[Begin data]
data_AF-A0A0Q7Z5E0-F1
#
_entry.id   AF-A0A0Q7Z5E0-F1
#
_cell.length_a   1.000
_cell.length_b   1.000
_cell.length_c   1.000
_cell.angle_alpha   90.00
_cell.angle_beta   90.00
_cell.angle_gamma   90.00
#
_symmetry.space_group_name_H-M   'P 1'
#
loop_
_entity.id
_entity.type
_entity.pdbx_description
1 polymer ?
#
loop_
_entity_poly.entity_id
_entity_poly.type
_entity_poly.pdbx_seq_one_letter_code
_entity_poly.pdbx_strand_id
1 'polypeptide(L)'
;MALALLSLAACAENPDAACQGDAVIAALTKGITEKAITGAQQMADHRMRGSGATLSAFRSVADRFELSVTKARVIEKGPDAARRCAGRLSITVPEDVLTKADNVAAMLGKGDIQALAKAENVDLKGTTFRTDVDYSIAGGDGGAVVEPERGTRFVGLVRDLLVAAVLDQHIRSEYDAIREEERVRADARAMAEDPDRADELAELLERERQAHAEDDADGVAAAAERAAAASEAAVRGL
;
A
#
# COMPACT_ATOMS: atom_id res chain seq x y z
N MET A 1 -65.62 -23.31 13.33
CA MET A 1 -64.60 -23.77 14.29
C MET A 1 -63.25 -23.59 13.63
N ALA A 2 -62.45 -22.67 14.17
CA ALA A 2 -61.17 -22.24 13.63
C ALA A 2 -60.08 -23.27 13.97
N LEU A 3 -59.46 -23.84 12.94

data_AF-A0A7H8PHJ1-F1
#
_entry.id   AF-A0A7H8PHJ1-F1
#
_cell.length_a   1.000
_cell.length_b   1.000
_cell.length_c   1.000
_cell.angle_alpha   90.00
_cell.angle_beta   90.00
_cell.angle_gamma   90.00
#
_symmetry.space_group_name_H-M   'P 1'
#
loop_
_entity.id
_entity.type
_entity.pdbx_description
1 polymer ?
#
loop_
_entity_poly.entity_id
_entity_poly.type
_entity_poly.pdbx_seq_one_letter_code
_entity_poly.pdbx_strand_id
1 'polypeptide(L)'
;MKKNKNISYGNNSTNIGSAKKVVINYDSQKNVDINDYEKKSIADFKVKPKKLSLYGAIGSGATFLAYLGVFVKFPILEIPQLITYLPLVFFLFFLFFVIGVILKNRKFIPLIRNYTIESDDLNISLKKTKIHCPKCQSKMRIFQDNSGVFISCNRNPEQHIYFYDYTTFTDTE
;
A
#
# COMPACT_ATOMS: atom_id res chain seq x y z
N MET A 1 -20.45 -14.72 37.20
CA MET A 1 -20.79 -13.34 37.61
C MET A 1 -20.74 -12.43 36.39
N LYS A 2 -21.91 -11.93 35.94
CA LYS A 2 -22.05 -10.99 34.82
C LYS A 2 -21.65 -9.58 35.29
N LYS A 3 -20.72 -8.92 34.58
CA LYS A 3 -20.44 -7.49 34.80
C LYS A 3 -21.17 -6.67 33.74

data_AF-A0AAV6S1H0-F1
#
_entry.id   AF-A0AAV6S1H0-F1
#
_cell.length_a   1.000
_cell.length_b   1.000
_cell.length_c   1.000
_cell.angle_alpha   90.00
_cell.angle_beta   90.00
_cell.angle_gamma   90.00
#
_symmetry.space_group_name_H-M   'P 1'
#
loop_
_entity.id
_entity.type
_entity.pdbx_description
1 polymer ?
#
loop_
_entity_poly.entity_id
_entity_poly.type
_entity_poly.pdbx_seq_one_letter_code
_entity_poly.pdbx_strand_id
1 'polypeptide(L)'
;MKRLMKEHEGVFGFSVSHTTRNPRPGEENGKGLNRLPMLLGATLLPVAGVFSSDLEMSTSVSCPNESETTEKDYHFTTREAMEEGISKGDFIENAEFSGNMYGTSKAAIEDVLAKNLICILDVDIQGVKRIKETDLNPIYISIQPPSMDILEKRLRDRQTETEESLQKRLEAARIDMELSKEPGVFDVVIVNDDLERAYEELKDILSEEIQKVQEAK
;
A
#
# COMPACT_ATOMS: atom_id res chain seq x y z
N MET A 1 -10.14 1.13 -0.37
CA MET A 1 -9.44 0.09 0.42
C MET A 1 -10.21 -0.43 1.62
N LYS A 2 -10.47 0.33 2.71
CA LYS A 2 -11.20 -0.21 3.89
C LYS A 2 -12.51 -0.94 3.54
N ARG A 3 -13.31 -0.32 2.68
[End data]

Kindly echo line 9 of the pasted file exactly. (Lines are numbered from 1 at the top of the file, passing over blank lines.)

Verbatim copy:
_cell.angle_beta   90.00